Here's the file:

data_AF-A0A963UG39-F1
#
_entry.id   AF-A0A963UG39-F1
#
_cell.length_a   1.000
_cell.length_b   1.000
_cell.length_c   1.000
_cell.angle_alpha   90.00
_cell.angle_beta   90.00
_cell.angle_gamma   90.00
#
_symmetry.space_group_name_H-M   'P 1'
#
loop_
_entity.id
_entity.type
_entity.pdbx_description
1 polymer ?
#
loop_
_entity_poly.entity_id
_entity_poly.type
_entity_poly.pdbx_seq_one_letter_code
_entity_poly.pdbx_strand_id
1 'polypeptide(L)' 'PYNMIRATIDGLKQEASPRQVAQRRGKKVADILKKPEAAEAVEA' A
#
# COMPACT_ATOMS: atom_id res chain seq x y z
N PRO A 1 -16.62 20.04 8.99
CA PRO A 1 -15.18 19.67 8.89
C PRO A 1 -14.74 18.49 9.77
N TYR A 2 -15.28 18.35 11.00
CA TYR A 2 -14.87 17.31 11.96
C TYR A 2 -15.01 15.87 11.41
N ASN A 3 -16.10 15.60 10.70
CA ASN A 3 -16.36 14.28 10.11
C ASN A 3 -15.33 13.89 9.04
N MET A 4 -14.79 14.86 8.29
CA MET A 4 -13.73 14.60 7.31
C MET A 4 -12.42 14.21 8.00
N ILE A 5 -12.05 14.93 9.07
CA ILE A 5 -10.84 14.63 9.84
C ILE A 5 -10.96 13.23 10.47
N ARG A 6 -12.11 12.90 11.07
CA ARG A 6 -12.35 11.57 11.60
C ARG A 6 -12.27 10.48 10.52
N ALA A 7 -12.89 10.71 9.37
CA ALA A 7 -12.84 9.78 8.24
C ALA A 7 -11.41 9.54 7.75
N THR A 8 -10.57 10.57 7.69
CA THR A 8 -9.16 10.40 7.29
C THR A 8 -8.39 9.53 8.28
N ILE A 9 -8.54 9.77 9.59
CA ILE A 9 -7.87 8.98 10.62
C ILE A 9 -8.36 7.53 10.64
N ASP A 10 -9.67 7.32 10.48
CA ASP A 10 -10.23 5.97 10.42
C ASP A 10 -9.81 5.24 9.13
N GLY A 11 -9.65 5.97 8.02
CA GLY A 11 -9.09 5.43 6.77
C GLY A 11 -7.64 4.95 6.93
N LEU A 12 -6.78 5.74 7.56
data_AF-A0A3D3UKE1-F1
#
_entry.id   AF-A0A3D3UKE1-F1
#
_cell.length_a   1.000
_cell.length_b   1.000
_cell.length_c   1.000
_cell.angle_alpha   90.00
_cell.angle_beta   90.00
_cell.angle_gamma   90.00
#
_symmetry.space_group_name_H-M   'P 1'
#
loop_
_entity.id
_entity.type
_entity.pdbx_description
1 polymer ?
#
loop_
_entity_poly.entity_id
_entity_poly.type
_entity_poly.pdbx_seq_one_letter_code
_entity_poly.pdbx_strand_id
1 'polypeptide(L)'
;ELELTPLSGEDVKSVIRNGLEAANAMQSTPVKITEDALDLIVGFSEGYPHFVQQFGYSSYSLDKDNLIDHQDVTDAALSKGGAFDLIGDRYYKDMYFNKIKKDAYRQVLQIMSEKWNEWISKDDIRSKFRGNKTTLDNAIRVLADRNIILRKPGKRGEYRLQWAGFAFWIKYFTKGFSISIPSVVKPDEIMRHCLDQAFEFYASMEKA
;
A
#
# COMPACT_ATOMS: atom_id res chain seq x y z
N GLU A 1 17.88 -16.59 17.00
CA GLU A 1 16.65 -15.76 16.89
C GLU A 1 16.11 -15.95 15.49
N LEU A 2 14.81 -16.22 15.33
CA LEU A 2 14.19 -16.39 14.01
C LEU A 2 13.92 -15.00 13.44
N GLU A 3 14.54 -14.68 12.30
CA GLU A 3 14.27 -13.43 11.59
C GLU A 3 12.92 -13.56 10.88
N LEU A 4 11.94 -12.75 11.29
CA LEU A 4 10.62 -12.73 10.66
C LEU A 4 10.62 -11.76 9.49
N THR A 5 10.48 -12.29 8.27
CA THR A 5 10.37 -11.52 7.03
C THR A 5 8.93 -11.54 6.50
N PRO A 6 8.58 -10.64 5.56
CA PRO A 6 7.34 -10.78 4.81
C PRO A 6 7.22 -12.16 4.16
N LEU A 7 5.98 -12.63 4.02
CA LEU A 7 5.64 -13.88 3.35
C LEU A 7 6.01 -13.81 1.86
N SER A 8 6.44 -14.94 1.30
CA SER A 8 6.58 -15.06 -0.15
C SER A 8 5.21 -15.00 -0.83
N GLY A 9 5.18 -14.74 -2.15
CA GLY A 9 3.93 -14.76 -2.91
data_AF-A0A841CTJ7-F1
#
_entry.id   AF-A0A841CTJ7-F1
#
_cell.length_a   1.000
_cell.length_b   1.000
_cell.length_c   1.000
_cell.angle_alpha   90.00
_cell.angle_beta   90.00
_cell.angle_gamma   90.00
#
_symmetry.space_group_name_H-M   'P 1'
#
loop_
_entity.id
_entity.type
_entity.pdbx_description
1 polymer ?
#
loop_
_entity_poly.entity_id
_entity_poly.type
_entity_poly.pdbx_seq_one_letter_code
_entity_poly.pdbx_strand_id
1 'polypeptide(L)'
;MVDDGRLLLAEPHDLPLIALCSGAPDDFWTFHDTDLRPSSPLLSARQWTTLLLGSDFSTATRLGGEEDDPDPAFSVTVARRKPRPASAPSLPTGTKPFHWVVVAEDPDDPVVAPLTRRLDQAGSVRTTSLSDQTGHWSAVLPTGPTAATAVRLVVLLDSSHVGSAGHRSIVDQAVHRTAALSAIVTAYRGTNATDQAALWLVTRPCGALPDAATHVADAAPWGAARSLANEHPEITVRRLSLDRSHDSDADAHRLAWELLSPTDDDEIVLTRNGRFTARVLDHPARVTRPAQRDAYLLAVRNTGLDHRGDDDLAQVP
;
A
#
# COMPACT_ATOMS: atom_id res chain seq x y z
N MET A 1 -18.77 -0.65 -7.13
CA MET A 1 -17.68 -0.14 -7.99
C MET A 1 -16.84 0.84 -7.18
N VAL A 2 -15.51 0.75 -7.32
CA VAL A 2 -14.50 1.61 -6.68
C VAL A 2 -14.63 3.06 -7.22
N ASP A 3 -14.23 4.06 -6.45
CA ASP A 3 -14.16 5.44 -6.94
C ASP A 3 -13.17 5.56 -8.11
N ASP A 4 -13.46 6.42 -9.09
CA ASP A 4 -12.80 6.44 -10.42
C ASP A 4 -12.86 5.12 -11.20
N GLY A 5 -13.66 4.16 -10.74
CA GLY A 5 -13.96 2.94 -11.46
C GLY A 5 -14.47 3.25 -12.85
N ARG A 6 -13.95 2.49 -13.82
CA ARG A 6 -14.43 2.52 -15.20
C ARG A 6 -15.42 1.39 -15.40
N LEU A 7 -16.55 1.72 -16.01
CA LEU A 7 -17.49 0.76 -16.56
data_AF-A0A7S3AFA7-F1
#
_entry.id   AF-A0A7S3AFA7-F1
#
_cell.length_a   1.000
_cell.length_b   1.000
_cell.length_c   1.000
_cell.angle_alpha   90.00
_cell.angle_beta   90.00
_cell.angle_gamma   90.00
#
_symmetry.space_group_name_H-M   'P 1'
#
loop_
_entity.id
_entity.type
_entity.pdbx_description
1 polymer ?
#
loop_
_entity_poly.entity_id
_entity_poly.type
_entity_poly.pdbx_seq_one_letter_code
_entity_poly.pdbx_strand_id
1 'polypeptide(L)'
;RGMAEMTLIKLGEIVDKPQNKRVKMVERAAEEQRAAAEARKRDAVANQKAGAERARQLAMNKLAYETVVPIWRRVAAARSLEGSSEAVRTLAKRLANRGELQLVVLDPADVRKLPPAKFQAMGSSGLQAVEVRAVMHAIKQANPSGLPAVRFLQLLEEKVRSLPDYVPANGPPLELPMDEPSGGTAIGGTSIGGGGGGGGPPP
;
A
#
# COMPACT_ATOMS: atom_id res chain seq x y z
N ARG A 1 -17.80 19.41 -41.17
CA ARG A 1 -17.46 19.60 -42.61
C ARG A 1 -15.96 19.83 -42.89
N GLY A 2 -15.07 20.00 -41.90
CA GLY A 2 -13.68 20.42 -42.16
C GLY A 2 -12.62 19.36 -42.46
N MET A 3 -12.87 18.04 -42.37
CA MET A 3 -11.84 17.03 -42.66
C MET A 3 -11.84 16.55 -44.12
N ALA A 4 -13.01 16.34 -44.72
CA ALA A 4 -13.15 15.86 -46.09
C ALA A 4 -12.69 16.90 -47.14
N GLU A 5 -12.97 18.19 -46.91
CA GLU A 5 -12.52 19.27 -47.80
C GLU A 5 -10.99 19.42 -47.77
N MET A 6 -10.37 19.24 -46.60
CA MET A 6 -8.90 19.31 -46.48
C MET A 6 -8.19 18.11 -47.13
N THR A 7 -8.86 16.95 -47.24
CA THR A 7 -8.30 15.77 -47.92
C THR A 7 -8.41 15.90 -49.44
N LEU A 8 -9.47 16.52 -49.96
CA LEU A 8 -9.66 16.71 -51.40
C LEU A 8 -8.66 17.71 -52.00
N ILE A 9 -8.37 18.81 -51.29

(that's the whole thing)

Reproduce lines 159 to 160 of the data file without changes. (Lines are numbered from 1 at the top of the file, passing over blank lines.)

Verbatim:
C ASP A 4 -12.86 5.12 -11.20
N GLY A 5 -13.66 4.16 -10.74